Art is also supposed to be individual. You can imagine my delight that there was no censure. That I could sit there and come up with bizarre interpretations. Thus you have the logic behind my view of Angela’s street art piece.

Below is my piece for you. I clicked it in Jersey City downtown the other day. Would you care to analyse it? If yes, you can do a post on it, or just leave your interpretation in the comments section. Going beyond the stated number, I nominate you all. Humour me?

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Pints, Trains, Snores and Friday Nights

Friday nights and drinking are an art that has been perfected by the London working crowd. You will notice this that all workers are done and dusted with work by almost as early as 3pm. The process starts around midday when they gather in clusters outside office, smokes and cups of coffee in their hand, nattering away. That is what Fridays should look like – the prospect of the weekend starting off, armed with cups of coffee and all-important conversations that hinge upon … you take your pick of what they should go like. Go wild.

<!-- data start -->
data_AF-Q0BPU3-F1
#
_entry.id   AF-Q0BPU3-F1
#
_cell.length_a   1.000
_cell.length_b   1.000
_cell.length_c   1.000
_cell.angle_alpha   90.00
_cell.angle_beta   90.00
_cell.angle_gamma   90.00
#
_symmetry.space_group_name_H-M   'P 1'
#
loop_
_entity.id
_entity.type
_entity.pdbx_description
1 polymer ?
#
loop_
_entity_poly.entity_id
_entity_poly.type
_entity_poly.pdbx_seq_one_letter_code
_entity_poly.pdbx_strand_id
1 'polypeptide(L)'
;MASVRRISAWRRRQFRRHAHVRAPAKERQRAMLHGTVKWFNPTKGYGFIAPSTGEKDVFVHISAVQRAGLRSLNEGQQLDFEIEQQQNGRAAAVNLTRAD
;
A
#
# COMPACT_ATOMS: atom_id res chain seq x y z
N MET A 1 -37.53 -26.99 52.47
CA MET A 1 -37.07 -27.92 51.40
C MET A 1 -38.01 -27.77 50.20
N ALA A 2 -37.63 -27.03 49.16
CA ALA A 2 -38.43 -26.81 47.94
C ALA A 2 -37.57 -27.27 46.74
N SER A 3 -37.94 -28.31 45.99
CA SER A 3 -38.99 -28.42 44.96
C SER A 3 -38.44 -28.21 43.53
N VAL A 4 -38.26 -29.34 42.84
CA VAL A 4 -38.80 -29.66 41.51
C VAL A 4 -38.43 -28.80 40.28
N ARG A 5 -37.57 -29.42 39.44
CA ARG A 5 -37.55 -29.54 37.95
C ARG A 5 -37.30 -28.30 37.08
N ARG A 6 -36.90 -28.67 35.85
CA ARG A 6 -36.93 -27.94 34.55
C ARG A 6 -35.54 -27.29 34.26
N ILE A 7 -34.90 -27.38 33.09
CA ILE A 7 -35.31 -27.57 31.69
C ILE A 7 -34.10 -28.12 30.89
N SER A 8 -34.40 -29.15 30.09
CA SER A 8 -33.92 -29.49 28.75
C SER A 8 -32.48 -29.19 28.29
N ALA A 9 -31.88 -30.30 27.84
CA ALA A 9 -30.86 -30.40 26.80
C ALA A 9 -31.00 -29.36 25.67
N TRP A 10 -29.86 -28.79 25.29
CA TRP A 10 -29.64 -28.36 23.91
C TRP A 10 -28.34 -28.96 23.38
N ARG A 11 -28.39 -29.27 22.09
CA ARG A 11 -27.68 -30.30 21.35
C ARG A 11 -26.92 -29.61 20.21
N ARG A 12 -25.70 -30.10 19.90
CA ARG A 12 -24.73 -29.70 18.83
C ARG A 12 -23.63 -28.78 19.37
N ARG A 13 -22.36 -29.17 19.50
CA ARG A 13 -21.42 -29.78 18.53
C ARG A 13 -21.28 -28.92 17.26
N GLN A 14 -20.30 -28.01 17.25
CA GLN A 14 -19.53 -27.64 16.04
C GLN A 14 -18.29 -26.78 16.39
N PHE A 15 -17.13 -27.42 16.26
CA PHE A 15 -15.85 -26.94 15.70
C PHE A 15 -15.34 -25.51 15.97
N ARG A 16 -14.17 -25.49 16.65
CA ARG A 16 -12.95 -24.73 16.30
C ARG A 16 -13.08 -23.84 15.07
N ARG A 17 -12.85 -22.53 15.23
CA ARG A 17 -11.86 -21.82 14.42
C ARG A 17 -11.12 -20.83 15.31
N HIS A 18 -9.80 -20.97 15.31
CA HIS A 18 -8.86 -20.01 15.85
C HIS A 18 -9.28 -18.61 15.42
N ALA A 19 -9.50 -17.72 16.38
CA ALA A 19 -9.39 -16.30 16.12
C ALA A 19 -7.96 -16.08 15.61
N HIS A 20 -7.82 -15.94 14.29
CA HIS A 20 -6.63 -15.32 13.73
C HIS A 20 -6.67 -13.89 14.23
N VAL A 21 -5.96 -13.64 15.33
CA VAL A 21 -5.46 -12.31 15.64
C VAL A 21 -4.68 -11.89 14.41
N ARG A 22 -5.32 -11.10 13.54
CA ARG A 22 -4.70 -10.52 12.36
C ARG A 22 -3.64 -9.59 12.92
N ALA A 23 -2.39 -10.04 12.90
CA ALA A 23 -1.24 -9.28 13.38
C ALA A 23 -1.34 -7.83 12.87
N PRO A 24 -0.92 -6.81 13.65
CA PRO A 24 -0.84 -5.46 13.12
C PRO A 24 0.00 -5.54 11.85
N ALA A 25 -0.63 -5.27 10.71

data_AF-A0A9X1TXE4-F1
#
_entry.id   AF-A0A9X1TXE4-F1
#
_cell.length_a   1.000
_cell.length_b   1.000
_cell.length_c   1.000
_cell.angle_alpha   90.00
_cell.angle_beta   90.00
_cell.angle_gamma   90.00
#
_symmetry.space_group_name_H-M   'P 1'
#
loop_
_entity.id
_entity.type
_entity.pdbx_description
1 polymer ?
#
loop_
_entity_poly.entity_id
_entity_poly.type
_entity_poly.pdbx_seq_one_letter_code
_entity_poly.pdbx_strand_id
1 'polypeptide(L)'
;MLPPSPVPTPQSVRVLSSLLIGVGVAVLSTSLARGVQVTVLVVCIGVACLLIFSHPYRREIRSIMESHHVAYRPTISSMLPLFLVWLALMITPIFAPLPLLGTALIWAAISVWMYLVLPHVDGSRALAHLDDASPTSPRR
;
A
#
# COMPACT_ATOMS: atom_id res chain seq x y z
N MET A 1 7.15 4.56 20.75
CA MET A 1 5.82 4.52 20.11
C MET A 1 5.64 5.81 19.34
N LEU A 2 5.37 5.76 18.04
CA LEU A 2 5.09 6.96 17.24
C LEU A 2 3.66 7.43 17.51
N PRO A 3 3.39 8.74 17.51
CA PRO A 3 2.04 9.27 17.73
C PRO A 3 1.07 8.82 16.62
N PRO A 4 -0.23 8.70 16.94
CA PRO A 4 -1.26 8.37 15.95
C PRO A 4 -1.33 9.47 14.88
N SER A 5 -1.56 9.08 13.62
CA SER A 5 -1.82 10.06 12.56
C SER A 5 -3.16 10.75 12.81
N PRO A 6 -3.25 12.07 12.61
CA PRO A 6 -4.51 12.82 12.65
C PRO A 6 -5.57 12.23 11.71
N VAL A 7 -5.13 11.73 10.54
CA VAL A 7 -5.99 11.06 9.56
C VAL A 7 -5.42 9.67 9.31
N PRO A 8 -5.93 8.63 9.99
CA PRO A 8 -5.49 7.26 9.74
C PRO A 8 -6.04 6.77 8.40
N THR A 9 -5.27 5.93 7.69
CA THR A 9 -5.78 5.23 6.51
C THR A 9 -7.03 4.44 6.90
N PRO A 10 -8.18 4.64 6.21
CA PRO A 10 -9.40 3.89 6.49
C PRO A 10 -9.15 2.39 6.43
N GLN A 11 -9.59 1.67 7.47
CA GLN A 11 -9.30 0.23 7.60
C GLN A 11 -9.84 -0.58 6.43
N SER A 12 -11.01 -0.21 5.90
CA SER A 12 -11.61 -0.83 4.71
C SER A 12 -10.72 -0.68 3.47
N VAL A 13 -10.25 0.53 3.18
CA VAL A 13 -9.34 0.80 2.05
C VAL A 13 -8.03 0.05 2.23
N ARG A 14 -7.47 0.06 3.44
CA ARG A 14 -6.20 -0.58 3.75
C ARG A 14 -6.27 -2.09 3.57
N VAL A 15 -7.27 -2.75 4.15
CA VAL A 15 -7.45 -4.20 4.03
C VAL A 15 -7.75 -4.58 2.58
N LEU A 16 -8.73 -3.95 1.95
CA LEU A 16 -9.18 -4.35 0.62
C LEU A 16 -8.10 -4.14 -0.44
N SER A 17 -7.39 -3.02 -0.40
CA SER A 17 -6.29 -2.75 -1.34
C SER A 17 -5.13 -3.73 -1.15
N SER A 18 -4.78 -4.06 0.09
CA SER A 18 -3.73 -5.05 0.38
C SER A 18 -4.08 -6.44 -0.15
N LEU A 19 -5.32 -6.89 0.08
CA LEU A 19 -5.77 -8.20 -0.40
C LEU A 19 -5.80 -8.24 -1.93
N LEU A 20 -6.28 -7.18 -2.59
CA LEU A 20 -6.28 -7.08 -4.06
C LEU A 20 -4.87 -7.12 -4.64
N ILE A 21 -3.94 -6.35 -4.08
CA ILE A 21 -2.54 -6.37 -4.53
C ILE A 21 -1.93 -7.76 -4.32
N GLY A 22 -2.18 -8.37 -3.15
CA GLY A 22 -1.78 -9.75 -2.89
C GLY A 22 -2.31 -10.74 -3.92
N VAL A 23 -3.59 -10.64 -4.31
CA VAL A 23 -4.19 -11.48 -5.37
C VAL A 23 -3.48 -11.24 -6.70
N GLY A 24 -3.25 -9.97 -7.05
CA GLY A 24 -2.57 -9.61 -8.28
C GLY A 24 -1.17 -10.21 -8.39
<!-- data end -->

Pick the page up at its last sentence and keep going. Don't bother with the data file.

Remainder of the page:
A Friday evening decides the tone of the night. Will you be relegated to the guest bed or the couch? For your own bed shall be out of limits. Let there be no doubt about that.

That is If you make it back home by morning.

Take my husband’s colleague. He boarded a train from London after a substantial evening of pints to get back to his home in the suburbs. Sleep took over. The worthy man woke up and found himself in the seaside town of Brighton. What a frightful mess you would think. You would also think he would have been alert to the possibilities of what lay after. Think again. He nodded off. Yes once more.

Life is a series of dramatic incidents on any particular Friday evening that starts with an innocent drink. When our friend woke up a second time, he found himself in Brighton, fell asleep, woke up and found himself in Brighton all over again. A vicious cycle alright but brought to a halt the third time when his wife turned up at the station. The aftermath would not have been pretty.

Then there is the husband. After an evening of drinks post work on a Friday, he called to say he would be home after a couple of drinks. Two drinks being the operative words here. Our friends, part of the merry party, called to assure me that he was hauling his behind out of the pub soon. Contrary to what it sounds like, I Do Not sit with a cudgel at home.